I own a pair of Argentine Mausers, bought under the "Antique" tag (prior to 1898 so shipped to the house). Both shoot well with modern PPU ammo.
I respect and admire a well-designed gun, as I would a well-designed timepiece. I do have plastic watches, but still prefer metal cases and a leather or metal band. I suspect my son will prefer one of those, over a Casio G-shock as an inheritance piece. Same thing with a 1911 vs a Glock.
She's a real beauty...and so is Maxine Watters.
I have said it before: Plastic is for toys; Aluminum is for beer cans and airplanes; and steel and wood are for guns.
And I love my Glock.......
LOL! Are you always this easy to troll or did you not get a nap?
Don't know who tark is, do you? No respect.
No, I don't. I guess I didn't realize how lucky I was to catch the bromides he was hurling.
And, TheotherMikeG, sometimes I just get jealous of people that live in the United States. I live in
Illinois. Roll Tide!!
thousands, not hundreds. The soul is the craftsmen which don't work for nickles anymore. That's why pre64 Winchesters are more desirable, they switched to castings...
Your going to have to be way more specific, There are still lots of maker using forgings for firearms.
Ultimately forging or casting are both just cheap ways to get the steel or aluminum to a near net shape. With proper casting techniques and heat treating these castings can be as strong or stronger than a forging. Forging only has an advantage if your not going to heat treat after the forging process as you get some work hardening for free but in this modern age with the alloys we use and how relatively easy a variety of heat treating process are the forging really does not bring much advantage to many processes other than quick cheap near net shape. Hence the reason nearly all AR-15 uppers and lowers made in any volume are made from forgings. Cheap!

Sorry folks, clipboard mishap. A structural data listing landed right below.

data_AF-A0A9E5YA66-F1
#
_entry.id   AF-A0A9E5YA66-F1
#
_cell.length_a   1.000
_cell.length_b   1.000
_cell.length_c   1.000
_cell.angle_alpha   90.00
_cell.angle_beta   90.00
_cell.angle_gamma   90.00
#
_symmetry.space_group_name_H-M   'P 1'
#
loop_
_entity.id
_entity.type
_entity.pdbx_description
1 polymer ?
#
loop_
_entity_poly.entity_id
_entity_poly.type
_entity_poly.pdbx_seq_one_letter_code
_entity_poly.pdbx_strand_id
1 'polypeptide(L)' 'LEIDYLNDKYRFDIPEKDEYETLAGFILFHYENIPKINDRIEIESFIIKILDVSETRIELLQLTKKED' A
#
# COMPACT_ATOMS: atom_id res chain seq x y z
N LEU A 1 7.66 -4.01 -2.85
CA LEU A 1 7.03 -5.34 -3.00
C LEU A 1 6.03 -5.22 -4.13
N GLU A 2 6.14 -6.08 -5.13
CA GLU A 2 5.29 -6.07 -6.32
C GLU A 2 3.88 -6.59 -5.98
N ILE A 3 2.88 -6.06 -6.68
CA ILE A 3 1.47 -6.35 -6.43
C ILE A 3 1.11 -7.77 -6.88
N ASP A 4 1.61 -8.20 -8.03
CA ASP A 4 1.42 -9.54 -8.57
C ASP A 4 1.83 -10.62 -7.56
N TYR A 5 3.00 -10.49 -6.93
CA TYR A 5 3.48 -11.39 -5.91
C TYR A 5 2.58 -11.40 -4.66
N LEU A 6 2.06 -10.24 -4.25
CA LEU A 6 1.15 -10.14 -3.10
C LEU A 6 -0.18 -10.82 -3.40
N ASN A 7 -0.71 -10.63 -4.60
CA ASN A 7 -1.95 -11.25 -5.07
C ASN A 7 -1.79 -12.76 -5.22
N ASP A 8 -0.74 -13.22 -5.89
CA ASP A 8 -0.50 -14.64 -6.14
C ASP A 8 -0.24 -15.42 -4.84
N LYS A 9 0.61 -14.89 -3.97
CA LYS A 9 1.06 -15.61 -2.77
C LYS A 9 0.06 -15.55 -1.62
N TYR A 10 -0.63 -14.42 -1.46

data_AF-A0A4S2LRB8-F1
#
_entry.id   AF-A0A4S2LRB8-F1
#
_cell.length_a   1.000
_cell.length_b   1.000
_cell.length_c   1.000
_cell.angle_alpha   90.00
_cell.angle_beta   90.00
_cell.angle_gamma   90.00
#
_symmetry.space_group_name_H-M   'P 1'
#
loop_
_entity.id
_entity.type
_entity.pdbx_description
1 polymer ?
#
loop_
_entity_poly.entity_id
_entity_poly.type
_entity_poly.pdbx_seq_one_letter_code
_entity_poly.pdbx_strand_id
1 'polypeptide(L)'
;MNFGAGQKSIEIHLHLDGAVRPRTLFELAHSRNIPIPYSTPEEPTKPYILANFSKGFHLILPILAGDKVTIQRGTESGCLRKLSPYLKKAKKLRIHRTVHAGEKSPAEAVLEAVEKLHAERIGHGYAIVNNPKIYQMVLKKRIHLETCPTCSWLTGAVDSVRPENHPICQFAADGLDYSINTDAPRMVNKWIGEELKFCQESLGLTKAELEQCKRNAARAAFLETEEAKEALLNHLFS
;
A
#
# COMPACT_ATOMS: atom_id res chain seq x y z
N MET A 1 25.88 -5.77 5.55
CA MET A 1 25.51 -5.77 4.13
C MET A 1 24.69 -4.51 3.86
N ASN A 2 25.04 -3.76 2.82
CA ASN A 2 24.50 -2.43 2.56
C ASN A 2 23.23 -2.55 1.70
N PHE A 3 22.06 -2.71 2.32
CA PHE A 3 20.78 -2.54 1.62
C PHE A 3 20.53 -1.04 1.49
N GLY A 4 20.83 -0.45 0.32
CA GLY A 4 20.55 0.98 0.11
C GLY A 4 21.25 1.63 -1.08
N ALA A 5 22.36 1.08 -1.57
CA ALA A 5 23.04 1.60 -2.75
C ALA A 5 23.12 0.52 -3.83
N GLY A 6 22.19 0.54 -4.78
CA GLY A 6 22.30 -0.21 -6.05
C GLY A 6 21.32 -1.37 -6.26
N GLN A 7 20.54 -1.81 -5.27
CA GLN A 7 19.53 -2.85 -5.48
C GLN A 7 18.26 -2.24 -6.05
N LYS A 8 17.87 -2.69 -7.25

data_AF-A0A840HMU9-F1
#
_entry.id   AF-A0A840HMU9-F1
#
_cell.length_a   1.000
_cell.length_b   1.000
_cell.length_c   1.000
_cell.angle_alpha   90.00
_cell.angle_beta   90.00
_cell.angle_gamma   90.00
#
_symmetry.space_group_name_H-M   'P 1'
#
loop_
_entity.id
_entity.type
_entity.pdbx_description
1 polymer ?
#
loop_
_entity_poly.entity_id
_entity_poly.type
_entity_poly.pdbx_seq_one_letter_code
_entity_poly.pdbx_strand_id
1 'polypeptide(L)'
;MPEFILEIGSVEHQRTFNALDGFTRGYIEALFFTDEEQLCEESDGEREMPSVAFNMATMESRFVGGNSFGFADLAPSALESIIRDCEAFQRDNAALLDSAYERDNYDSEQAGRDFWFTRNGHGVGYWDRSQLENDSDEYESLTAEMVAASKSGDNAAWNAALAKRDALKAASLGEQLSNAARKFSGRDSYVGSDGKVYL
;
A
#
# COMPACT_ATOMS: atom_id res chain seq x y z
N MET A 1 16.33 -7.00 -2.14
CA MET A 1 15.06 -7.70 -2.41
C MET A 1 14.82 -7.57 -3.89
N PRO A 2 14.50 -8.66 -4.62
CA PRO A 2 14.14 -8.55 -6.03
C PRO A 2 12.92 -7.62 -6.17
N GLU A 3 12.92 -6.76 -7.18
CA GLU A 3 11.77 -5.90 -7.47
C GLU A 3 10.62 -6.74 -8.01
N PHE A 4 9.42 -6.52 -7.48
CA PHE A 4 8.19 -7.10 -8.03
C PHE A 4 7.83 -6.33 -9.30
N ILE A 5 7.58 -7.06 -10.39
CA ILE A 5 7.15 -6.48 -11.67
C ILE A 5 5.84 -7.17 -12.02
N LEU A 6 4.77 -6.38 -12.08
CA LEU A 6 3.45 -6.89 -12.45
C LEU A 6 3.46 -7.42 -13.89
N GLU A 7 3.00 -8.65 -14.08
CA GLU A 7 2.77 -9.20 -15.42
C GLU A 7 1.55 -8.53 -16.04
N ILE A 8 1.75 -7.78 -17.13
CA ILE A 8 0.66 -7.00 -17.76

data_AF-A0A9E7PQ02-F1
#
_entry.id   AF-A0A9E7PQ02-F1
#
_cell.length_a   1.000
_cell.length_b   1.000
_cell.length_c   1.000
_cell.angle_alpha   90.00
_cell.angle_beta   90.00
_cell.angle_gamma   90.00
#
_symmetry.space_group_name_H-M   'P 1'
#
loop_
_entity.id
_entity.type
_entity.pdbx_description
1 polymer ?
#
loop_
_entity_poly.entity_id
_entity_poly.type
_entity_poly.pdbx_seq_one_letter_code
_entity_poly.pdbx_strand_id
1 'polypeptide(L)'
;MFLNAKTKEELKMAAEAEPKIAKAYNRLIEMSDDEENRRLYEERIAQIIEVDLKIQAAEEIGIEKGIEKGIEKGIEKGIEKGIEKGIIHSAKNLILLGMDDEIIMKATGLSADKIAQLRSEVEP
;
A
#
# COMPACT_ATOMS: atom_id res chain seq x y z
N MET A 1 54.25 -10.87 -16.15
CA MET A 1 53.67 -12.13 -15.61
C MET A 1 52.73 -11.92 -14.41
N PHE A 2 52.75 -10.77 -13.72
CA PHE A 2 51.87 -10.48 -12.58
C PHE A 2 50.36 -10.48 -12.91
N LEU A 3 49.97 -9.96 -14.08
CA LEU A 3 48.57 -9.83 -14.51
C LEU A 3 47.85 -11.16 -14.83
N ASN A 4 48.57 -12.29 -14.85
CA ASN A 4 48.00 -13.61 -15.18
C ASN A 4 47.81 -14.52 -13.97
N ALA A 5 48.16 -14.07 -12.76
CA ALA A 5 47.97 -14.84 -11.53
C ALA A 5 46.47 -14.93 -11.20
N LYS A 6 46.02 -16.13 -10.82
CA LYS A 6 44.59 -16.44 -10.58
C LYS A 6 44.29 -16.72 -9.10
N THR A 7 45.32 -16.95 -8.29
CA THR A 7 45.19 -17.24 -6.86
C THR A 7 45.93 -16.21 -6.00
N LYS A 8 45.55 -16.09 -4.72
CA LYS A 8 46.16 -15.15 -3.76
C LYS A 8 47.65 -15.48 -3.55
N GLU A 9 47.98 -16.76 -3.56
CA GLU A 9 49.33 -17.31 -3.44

I think this makes a point that doesn’t get noticed.
I remember when my dad bought his first NEW tractor. We had run old Fords and John Deere’s made from the 60’s to the 80’sFor years. He eventually sold some land and bought a new John Deere in the early 2000’s, I’ll never forget it…. Plastic fenders, plastic hood, plastic interior. I had never operated a tractor with a piece of plastic on it, I had seen them but the little plastic that came on ours was lone gone.
I just remember thinking, brand new and full of plastic junk. True that’s the nicest tractor we ever had, but it still doesn’t go in the woods to clean up a spot for a green field.
Simply put plastic = cheap in many of our minds, and I don’t mean in a monetary sense.
Quality plastic is similar to dry water to many people. Not that it’s necessary true, that’s debatable to say the least. But the perception by many is, if it’s plastic it isn’t quality, if it was quality they wouldn’t have used plastic and people don’t generally get fond of low quality items.
Fair or not, I believe it’s true.
Then again I could be totally wrong.